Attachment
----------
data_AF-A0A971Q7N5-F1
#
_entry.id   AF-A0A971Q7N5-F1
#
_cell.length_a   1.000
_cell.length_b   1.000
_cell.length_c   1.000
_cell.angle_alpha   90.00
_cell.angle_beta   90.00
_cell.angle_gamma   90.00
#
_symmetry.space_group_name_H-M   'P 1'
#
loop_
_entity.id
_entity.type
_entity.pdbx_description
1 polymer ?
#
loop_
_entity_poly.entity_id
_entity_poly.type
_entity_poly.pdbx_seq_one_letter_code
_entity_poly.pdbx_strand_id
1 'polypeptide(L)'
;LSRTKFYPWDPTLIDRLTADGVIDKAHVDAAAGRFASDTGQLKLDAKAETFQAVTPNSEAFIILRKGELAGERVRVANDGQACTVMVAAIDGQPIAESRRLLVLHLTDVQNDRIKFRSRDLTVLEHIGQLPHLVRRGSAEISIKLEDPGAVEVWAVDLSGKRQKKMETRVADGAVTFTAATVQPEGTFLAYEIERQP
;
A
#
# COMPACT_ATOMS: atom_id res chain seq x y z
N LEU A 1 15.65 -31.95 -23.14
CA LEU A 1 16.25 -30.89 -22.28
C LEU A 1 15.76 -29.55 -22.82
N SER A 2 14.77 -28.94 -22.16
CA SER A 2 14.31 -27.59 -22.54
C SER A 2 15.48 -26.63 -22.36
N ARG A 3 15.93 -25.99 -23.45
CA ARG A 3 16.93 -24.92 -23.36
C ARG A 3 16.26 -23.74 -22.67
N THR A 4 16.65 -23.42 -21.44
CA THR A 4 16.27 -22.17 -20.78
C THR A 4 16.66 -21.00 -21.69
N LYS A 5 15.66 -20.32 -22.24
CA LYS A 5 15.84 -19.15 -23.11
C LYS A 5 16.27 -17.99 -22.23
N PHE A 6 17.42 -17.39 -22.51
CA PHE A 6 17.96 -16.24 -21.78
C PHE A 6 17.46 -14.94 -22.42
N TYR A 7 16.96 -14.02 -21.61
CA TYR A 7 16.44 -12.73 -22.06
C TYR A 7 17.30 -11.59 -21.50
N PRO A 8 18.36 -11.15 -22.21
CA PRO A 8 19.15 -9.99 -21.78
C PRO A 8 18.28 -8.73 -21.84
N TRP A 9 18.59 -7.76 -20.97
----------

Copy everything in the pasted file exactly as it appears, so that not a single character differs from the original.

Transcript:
data_AF-A0A971Q7N5-F1
#
_entry.id   AF-A0A971Q7N5-F1
#
_cell.length_a   1.000
_cell.length_b   1.000
_cell.length_c   1.000
_cell.angle_alpha   90.00
_cell.angle_beta   90.00
_cell.angle_gamma   90.00
#
_symmetry.space_group_name_H-M   'P 1'
#
loop_
_entity.id
_entity.type
_entity.pdbx_description
1 polymer ?
#
loop_
_entity_poly.entity_id
_entity_poly.type
_entity_poly.pdbx_seq_one_letter_code
_entity_poly.pdbx_strand_id
1 'polypeptide(L)'
;LSRTKFYPWDPTLIDRLTADGVIDKAHVDAAAGRFASDTGQLKLDAKAETFQAVTPNSEAFIILRKGELAGERVRVANDGQACTVMVAAIDGQPIAESRRLLVLHLTDVQNDRIKFRSRDLTVLEHIGQLPHLVRRGSAEISIKLEDPGAVEVWAVDLSGKRQKKMETRVADGAVTFTAATVQPEGTFLAYEIERQP
;
A
#
# COMPACT_ATOMS: atom_id res chain seq x y z
N LEU A 1 15.65 -31.95 -23.14
CA LEU A 1 16.25 -30.89 -22.28
C LEU A 1 15.76 -29.55 -22.82
N SER A 2 14.77 -28.94 -22.16
CA SER A 2 14.31 -27.59 -22.54
C SER A 2 15.48 -26.63 -22.36
N ARG A 3 15.93 -25.99 -23.45
CA ARG A 3 16.93 -24.92 -23.36
C ARG A 3 16.26 -23.74 -22.67
N THR A 4 16.65 -23.42 -21.44
CA THR A 4 16.27 -22.17 -20.78
C THR A 4 16.66 -21.00 -21.69
N LYS A 5 15.66 -20.32 -22.24
CA LYS A 5 15.84 -19.15 -23.11
C LYS A 5 16.27 -17.99 -22.23
N PHE A 6 17.42 -17.39 -22.51
CA PHE A 6 17.96 -16.24 -21.78
C PHE A 6 17.46 -14.94 -22.42
N TYR A 7 16.96 -14.02 -21.61
CA TYR A 7 16.44 -12.73 -22.06
C TYR A 7 17.30 -11.59 -21.50
N PRO A 8 18.36 -11.15 -22.21
CA PRO A 8 19.15 -9.99 -21.78
C PRO A 8 18.28 -8.73 -21.84
N TRP A 9 18.59 -7.76 -20.97